Dead Man Talking
There is no way I can do justice by my meager writing here to capture the utter peace, joy and air of celebration which invaded the sanctuary of Little Rock West Church last Saturday morning.
It was a lengthy service and one that I did not want to end. It started with congregational singing and Bro. B.'s 85 year old widow was one of the first to stand, start clapping her hands, and raising them to Jesus in songs of loudest praise.
I had not heard him preach since I was a teen-ager so to walk into the auditorium with a big screen flashing pictures of him and his voice coming strong over a loud speaker was quite emotional and entertaining for me. He was the most sincere, the funniest, "the most" of any good adjective concerning preachers that you can ever imagine.
But the strongest message, among many, emphasized how much he loved his flock and the community around his church--he was pastor to a whole community.
Many stories abound of how he was the first one present in the middle of the night when there was a need, a hospitalization, a tragedy. Some people there validated the fact that instead of calling their own pastor during a time of crisis, Bro. B.'s number was the first one dialed.
Two of his grandsons spoke--one a preacher himself following in the footsteps of his grandfather.
After I"ll Fly Away and several other rousing songs, a quartet from many, many years ago sang Beyond the Sunset, one of his favorites.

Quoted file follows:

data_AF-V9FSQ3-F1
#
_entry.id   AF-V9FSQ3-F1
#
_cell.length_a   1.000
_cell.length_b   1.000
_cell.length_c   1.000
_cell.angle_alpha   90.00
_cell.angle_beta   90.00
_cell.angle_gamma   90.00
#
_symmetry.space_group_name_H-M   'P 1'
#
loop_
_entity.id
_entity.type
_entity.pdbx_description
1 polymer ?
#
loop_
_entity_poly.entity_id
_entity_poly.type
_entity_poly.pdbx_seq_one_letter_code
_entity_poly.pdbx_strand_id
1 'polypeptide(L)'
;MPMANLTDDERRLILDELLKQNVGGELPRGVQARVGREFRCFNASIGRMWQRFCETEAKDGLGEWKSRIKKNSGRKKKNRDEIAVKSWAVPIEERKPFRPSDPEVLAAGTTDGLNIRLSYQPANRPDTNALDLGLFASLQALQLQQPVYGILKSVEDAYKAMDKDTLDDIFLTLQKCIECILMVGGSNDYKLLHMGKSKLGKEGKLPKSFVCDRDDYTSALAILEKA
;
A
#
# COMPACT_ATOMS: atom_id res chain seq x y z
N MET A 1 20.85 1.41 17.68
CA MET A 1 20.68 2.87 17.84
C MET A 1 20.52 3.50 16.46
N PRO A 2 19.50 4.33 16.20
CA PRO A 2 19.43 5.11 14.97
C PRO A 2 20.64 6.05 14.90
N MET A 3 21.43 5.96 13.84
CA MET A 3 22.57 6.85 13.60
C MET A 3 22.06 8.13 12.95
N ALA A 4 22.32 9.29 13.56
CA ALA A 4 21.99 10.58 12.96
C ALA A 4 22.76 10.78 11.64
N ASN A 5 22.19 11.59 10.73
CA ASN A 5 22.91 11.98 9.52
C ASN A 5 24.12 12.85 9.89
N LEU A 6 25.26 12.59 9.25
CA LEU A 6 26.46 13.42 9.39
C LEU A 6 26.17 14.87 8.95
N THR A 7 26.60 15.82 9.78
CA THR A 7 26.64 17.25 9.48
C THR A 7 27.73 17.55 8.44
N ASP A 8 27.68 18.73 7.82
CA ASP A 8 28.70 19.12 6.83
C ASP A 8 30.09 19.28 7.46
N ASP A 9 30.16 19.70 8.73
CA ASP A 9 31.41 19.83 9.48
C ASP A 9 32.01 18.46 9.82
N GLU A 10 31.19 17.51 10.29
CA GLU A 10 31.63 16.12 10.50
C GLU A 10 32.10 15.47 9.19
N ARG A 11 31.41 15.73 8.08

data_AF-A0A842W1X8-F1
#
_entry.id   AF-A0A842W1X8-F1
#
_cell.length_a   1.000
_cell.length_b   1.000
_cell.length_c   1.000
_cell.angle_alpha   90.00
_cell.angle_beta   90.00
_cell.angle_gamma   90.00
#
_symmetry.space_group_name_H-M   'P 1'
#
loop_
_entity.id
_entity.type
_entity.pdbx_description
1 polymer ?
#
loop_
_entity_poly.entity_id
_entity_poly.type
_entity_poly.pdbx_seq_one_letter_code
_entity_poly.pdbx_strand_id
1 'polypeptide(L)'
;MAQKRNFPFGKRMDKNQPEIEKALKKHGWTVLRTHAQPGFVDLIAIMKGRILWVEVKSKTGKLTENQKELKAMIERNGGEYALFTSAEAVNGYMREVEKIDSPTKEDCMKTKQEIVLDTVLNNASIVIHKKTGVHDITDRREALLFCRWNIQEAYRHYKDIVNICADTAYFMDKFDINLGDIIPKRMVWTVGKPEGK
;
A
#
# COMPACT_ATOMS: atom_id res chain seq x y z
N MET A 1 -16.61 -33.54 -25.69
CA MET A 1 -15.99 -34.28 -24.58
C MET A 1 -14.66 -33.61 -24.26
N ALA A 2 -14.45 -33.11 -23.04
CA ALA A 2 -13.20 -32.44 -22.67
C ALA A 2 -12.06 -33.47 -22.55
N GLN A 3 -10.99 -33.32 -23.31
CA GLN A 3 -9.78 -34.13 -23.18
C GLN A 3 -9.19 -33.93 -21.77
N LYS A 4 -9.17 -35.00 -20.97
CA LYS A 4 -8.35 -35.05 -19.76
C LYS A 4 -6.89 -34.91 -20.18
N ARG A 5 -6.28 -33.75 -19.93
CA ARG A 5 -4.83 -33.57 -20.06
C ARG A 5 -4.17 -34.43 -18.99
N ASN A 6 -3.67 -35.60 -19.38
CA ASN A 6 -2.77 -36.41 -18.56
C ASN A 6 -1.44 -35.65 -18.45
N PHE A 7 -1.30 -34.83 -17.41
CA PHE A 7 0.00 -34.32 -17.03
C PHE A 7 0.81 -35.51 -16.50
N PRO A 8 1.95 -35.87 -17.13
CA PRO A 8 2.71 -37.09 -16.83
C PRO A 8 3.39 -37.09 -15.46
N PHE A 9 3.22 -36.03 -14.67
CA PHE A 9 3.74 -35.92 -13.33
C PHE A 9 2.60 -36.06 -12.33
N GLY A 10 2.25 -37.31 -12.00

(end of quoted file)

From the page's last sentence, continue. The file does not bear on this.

Bro. B could preach heaven down in a matter of minutes but he could not carry a tune in a bucket with a lid on it. However, there was one song that from time to time he would start singing out of the clear blue. We had an incredibly talented pianist who had perfect pitch--she played by ear and honestly I've never heard anyone in my life who could play better than she.
If anyone in the church started an unplanned song (this was quite common fifty years ago), she could, almost immediately, go straight to "the key" they were singing in and start the piano accompaniment. She would tell the guitarists and the accordion player (me) and away we would go. However, Bro. B.'s singing was so bad that she would hunt and hunt before she could find the "key" he was singing in. We always laughed and said he was "singing between the cracks of the keys."
In spite of the unheard of chords, when he started this particular song it was so anointed that if we had been lifted straight to glory at that moment, it would not have surprised us. So, when the song leader started
He's God all over the ocean,
He's God all over the sea,
He's God all over creation,
And he's God all over me,
I know God is God and He always will be God.
He's God in the pulpit,
He's God at the back door,
He's God in the Amen corner,
He's God all over the floor.
I know God is God and He always will be God.
He's God in the Father, He's God in the Son,
He's God in the Spirit, He's God all three in One.
I know God is God and He always will be God
Needless to say, we thought we all might go straight to Glory with Bro. B right then.